She started her career in education while working as a stewardess for Pan American Airways in the late 1960s, filling in as a substitute teacher at Los Angeles schools when she wasn’t flying around the world.

But after 45 years with the Santa Monica-Malibu Unified School District, Jadeane “Jady” Von der Lieth is prepared for landing.

Von der Lieth, who has held several positions in the district, serving as preschool psychologist for the last 25 years, is set to retire at the end of the school year.

One might expect some turbulence in a career spanning nearly half a century, but Von der Lieth said she rarely faced significant bumps. As her daily tasks and job sites changed over the years, she always looked forward to working with new children and staff.

“I don’t think I had many challenges,” she said. “I woke up every day looking forward to my job … There were days when I felt like there was not enough time to do everything I wanted to do — I think that is just something we all feel.”

Von der Lieth worked with special needs children and adults from ages 3 to 22, collaborating with families and staff to address their diverse interests and needs.

Sara Woolverton, the district’s special education director, said Von der Lieth has helped children whose parents were previously her students in the district.

“Jady has for many years been the cornerstone of the SMMUSD early childhood special education team,” said Woolverton, Von der Lieth’s supervisor. “She has been an influential and much-valued member of our SMMUSD staff, respected by peers, beloved by parents and valued by the community.”

Von der Lieth started as a SMMUSD teacher in 1970 after moving to Southern California from Florida, earning a master’s in education and a visual handicaps credential from Cal State Los Angeles.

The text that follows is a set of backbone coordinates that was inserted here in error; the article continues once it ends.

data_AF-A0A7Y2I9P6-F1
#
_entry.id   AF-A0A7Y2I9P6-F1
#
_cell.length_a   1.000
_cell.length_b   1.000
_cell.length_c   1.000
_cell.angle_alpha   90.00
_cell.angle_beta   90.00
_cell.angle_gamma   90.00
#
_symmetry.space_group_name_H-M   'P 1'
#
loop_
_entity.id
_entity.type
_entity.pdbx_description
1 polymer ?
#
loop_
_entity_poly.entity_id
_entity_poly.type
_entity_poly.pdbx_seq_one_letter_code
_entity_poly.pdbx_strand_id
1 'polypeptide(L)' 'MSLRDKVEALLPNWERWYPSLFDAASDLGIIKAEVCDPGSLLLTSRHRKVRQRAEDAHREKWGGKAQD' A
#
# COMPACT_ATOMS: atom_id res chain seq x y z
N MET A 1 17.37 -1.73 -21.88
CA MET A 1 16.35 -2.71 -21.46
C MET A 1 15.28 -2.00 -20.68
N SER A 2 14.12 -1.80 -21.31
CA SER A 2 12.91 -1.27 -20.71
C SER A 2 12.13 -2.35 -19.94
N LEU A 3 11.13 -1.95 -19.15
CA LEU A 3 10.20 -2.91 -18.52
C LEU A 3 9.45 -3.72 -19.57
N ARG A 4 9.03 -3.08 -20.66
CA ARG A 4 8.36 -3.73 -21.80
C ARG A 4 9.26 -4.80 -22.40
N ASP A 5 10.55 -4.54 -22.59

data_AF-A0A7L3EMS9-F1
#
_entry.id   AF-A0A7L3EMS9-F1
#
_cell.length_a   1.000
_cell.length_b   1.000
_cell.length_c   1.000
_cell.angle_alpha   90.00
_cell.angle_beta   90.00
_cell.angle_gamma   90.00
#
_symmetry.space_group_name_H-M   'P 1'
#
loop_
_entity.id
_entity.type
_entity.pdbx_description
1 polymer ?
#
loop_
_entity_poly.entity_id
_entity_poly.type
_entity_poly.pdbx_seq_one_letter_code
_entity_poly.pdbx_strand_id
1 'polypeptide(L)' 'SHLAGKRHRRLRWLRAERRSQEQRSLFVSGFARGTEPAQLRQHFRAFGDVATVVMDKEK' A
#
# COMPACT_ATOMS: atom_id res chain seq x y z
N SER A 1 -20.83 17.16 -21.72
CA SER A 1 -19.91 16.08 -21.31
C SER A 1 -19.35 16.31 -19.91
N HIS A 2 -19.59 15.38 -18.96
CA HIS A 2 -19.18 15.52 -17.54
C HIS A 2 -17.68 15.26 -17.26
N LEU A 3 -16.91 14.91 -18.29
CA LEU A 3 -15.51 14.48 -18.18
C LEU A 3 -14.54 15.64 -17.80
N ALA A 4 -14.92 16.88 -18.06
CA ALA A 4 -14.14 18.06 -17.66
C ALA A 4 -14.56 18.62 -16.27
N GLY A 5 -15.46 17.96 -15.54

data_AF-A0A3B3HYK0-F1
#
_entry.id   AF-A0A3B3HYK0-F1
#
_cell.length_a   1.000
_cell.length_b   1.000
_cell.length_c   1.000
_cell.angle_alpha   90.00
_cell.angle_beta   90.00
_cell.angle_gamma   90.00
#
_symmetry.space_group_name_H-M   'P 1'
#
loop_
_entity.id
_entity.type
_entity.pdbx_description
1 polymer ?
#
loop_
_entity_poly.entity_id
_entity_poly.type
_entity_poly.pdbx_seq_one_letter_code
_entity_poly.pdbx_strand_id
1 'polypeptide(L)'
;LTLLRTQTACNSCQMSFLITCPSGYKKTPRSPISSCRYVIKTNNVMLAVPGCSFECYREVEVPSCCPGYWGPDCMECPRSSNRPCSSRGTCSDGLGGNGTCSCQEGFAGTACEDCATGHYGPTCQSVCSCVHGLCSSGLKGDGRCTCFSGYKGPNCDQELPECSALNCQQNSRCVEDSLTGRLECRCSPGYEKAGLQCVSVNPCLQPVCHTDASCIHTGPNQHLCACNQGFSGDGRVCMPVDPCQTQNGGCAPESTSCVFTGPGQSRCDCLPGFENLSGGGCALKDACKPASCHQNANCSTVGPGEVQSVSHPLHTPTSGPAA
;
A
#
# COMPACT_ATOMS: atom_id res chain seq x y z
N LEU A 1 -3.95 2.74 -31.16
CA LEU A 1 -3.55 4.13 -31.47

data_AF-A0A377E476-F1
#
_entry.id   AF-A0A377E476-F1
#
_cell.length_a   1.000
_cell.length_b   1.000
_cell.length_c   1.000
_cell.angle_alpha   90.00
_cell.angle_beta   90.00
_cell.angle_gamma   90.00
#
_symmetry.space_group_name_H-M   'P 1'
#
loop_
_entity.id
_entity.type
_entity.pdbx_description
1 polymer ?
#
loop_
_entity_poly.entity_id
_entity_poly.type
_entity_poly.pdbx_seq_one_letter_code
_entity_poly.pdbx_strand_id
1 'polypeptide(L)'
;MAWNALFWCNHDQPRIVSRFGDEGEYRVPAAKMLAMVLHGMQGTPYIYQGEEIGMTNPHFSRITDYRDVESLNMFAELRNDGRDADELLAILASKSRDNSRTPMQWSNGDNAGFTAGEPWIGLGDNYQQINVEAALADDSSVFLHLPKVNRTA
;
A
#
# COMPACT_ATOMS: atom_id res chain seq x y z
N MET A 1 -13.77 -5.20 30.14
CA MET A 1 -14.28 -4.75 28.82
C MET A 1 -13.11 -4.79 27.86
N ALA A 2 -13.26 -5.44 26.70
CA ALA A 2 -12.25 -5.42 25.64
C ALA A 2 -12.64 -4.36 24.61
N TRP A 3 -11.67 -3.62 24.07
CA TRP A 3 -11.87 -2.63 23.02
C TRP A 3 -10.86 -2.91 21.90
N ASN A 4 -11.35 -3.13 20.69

She was involved in education research during her stint at the former Madison Elementary School, where RAND Corporation in 1973 installed an interactive classroom television system that allowed students with visual disabilities to communicate with their teachers. She worked on a series of RAND reports for the federal government about the students’ challenges.

Von der Lieth served as a resource specialist and educator at Will Rogers, Edison and Roosevelt elementary schools as well as at Olympic High School, where her colleagues honored her as teacher of the year in 1989.

“I was able to see the changes in education,” she said. “I am grateful that I was able to work with incredible professional people and build long-lasting relationships with them.”

She continued her own education at Cal State Northridge, staying in the district as a bilingual psychologist. She is currently the preschool psychologist at the Lincoln Child Development Center, a role for which her teaching experiences prepared her.

Thanks in part to Von der Lieth, the district now has nine programs serving preschool children.

“I was part of a school culture that promoted learning and professional growth,” she said. “My goal was to be part of a team working together to create a positive and supportive learning environment for our children and families. I was never disappointed.

“I have been so impressed with my preschool team and what we have accomplished.”

In retirement, Von der Lieth won’t step away from her field entirely. She might fill in as a substitute preschool teacher, and she’ll consider consulting opportunities with private agencies and Culver City-based Westside Regional Center.

But she’s also looking forward to more free time for family gatherings and personal hobbies. She’s married with four children who went through the SMMUSD system and five grandsons, including one who is enrolled in a district preschool program. She hopes to read and travel more and improve her Spanish skills.

“I want to wake up every morning and take the time to decide what I want to do that day,” she said. “Every day, I want to make a small difference. I no longer need to make a living, but I want to live life, try new things. But most of all, I want to enjoy my family and friends.”

Von der Lieth said she often felt like a student as she worked in education because of how much she learned along the way. On the cusp of retirement, she said one particular lesson stood out.

“I realize that people who want to change the world do not need to be part of a large group,” she said. “They just need to find a cause they believe in and never stop fighting for it.”

Contact Jeff Goodman at 310-573-8351, or on Twitter.

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